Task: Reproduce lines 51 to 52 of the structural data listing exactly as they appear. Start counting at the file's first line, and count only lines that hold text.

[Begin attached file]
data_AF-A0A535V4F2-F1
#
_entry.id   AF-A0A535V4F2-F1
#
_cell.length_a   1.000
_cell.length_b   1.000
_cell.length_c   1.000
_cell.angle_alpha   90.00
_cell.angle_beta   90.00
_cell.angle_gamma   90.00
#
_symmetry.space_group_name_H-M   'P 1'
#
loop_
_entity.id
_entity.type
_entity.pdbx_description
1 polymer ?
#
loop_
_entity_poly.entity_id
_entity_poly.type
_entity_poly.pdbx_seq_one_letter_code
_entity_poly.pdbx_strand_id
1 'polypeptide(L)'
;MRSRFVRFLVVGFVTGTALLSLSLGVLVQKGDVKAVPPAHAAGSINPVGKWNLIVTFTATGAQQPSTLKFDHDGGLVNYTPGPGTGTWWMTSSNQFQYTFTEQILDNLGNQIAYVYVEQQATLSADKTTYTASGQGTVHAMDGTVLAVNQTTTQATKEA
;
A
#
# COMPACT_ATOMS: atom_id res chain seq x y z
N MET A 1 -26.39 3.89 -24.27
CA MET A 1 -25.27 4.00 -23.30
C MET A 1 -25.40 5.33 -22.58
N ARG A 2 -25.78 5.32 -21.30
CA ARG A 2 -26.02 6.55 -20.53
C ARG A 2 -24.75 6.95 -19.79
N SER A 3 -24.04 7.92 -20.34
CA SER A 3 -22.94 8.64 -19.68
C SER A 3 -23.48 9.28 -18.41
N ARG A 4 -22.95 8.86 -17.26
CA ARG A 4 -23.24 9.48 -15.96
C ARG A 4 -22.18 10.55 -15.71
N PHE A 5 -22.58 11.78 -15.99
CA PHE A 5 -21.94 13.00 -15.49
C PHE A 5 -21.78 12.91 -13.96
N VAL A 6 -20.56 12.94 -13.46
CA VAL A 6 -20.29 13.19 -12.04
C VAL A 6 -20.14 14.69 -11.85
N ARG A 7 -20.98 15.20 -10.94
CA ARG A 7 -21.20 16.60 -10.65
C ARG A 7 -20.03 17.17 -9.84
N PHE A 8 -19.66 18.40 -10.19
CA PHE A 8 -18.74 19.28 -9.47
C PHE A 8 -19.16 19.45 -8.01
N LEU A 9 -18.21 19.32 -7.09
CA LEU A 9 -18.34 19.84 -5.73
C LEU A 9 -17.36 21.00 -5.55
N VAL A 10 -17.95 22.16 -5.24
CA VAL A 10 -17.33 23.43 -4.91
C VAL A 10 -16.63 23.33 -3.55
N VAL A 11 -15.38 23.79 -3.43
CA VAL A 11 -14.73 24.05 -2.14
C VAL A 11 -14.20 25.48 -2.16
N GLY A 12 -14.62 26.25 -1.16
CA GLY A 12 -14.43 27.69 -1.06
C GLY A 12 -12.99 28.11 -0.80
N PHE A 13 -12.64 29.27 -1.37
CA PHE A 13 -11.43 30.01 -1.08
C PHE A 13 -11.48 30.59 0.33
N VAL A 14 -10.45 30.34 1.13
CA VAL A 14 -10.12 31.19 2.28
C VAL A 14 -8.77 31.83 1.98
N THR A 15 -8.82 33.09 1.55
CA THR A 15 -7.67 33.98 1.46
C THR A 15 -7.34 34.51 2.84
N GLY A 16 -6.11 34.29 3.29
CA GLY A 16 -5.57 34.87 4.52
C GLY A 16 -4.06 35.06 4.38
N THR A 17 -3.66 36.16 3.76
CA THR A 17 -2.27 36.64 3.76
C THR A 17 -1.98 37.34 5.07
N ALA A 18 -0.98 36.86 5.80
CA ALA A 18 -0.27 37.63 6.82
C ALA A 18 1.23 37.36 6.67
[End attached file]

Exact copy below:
C ARG A 7 -20.03 17.17 -9.84
N PHE A 8 -19.66 18.40 -10.19